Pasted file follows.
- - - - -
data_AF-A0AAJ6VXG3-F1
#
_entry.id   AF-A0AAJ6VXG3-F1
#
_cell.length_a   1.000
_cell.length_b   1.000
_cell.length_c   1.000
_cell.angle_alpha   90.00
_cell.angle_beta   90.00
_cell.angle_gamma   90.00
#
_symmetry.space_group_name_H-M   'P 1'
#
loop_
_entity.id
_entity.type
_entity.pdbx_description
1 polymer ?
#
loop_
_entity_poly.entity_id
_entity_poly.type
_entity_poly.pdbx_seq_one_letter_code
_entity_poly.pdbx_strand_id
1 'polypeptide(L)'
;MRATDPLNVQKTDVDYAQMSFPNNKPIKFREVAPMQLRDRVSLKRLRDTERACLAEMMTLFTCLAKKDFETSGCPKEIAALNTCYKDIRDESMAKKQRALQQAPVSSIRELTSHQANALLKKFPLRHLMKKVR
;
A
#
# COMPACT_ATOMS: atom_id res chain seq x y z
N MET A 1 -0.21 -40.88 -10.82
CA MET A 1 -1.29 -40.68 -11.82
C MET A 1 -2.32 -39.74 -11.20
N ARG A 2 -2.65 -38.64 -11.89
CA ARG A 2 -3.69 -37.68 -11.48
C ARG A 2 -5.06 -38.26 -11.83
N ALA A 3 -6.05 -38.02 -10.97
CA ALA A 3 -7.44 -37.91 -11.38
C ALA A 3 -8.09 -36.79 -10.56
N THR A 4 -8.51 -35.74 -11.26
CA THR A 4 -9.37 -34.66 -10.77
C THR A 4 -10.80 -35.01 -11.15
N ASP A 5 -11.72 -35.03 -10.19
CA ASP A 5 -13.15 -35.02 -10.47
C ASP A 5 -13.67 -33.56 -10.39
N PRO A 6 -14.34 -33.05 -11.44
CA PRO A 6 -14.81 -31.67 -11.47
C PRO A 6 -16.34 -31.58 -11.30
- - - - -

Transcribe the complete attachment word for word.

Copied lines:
data_AF-A0AAJ6VXG3-F1
#
_entry.id   AF-A0AAJ6VXG3-F1
#
_cell.length_a   1.000
_cell.length_b   1.000
_cell.length_c   1.000
_cell.angle_alpha   90.00
_cell.angle_beta   90.00
_cell.angle_gamma   90.00
#
_symmetry.space_group_name_H-M   'P 1'
#
loop_
_entity.id
_entity.type
_entity.pdbx_description
1 polymer ?
#
loop_
_entity_poly.entity_id
_entity_poly.type
_entity_poly.pdbx_seq_one_letter_code
_entity_poly.pdbx_strand_id
1 'polypeptide(L)'
;MRATDPLNVQKTDVDYAQMSFPNNKPIKFREVAPMQLRDRVSLKRLRDTERACLAEMMTLFTCLAKKDFETSGCPKEIAALNTCYKDIRDESMAKKQRALQQAPVSSIRELTSHQANALLKKFPLRHLMKKVR
;
A
#
# COMPACT_ATOMS: atom_id res chain seq x y z
N MET A 1 -0.21 -40.88 -10.82
CA MET A 1 -1.29 -40.68 -11.82
C MET A 1 -2.32 -39.74 -11.20
N ARG A 2 -2.65 -38.64 -11.89
CA ARG A 2 -3.69 -37.68 -11.48
C ARG A 2 -5.06 -38.26 -11.83
N ALA A 3 -6.05 -38.02 -10.97
CA ALA A 3 -7.44 -37.91 -11.38
C ALA A 3 -8.09 -36.79 -10.56
N THR A 4 -8.51 -35.74 -11.26
CA THR A 4 -9.37 -34.66 -10.77
C THR A 4 -10.80 -35.01 -11.15
N ASP A 5 -11.72 -35.03 -10.19
CA ASP A 5 -13.15 -35.02 -10.47
C ASP A 5 -13.67 -33.56 -10.39
N PRO A 6 -14.34 -33.05 -11.44
CA PRO A 6 -14.81 -31.67 -11.47
C PRO A 6 -16.34 -31.58 -11.30